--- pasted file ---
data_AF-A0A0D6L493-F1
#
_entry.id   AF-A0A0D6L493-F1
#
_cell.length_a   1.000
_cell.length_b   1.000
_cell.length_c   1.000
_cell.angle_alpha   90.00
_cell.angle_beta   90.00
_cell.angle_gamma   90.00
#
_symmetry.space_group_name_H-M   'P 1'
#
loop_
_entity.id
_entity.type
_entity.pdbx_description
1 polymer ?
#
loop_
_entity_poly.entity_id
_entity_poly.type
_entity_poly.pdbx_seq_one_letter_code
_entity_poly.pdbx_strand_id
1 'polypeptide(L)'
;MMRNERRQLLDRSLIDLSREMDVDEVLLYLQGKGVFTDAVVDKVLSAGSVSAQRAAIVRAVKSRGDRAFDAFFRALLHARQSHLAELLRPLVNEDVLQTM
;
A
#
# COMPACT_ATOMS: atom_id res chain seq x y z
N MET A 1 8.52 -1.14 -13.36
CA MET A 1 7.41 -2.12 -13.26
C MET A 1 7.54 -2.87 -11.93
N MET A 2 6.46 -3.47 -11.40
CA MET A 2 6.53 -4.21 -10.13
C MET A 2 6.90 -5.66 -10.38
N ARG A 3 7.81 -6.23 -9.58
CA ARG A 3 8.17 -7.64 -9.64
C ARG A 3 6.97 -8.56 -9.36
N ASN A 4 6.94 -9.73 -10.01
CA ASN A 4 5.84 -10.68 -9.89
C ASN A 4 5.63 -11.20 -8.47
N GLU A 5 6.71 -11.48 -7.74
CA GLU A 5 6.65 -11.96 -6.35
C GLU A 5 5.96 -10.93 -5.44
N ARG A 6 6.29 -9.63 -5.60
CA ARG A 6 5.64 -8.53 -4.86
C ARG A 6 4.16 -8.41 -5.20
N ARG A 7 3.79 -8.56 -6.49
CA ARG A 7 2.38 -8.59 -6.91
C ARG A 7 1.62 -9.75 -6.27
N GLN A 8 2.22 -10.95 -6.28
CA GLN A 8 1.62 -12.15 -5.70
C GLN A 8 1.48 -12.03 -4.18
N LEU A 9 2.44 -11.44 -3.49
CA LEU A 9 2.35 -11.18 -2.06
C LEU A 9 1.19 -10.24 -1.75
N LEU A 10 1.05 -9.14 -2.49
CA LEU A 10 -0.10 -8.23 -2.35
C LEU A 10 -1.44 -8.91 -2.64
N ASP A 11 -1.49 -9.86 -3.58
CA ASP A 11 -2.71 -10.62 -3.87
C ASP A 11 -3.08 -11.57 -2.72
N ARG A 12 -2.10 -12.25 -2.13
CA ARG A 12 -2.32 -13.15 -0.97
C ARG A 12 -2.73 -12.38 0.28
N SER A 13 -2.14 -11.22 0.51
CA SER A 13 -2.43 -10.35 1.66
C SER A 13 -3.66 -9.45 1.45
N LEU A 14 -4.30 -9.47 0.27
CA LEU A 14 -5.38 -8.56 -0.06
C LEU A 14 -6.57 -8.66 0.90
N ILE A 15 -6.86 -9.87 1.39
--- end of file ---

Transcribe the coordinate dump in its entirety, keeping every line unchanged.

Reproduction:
data_AF-A0A0D6L493-F1
#
_entry.id   AF-A0A0D6L493-F1
#
_cell.length_a   1.000
_cell.length_b   1.000
_cell.length_c   1.000
_cell.angle_alpha   90.00
_cell.angle_beta   90.00
_cell.angle_gamma   90.00
#
_symmetry.space_group_name_H-M   'P 1'
#
loop_
_entity.id
_entity.type
_entity.pdbx_description
1 polymer ?
#
loop_
_entity_poly.entity_id
_entity_poly.type
_entity_poly.pdbx_seq_one_letter_code
_entity_poly.pdbx_strand_id
1 'polypeptide(L)'
;MMRNERRQLLDRSLIDLSREMDVDEVLLYLQGKGVFTDAVVDKVLSAGSVSAQRAAIVRAVKSRGDRAFDAFFRALLHARQSHLAELLRPLVNEDVLQTM
;
A
#
# COMPACT_ATOMS: atom_id res chain seq x y z
N MET A 1 8.52 -1.14 -13.36
CA MET A 1 7.41 -2.12 -13.26
C MET A 1 7.54 -2.87 -11.93
N MET A 2 6.46 -3.47 -11.40
CA MET A 2 6.53 -4.21 -10.13
C MET A 2 6.90 -5.66 -10.38
N ARG A 3 7.81 -6.23 -9.58
CA ARG A 3 8.17 -7.64 -9.64
C ARG A 3 6.97 -8.56 -9.36
N ASN A 4 6.94 -9.73 -10.01
CA ASN A 4 5.84 -10.68 -9.89
C ASN A 4 5.63 -11.20 -8.47
N GLU A 5 6.71 -11.48 -7.74
CA GLU A 5 6.65 -11.96 -6.35
C GLU A 5 5.96 -10.93 -5.44
N ARG A 6 6.29 -9.63 -5.60
CA ARG A 6 5.64 -8.53 -4.86
C ARG A 6 4.16 -8.41 -5.20
N ARG A 7 3.79 -8.56 -6.49
CA ARG A 7 2.38 -8.59 -6.91
C ARG A 7 1.62 -9.75 -6.27
N GLN A 8 2.22 -10.95 -6.28
CA GLN A 8 1.62 -12.15 -5.70
C GLN A 8 1.48 -12.03 -4.18
N LEU A 9 2.44 -11.44 -3.49
CA LEU A 9 2.35 -11.18 -2.06
C LEU A 9 1.19 -10.24 -1.75
N LEU A 10 1.05 -9.14 -2.49
CA LEU A 10 -0.10 -8.23 -2.35
C LEU A 10 -1.44 -8.91 -2.64
N ASP A 11 -1.49 -9.86 -3.58
CA ASP A 11 -2.71 -10.62 -3.87
C ASP A 11 -3.08 -11.57 -2.72
N ARG A 12 -2.10 -12.25 -2.13
CA ARG A 12 -2.32 -13.15 -0.97
C ARG A 12 -2.73 -12.38 0.28
N SER A 13 -2.14 -11.22 0.51
CA SER A 13 -2.43 -10.35 1.66
C SER A 13 -3.66 -9.45 1.45
N LEU A 14 -4.30 -9.47 0.27
CA LEU A 14 -5.38 -8.56 -0.06
C LEU A 14 -6.57 -8.66 0.90
N ILE A 15 -6.86 -9.87 1.39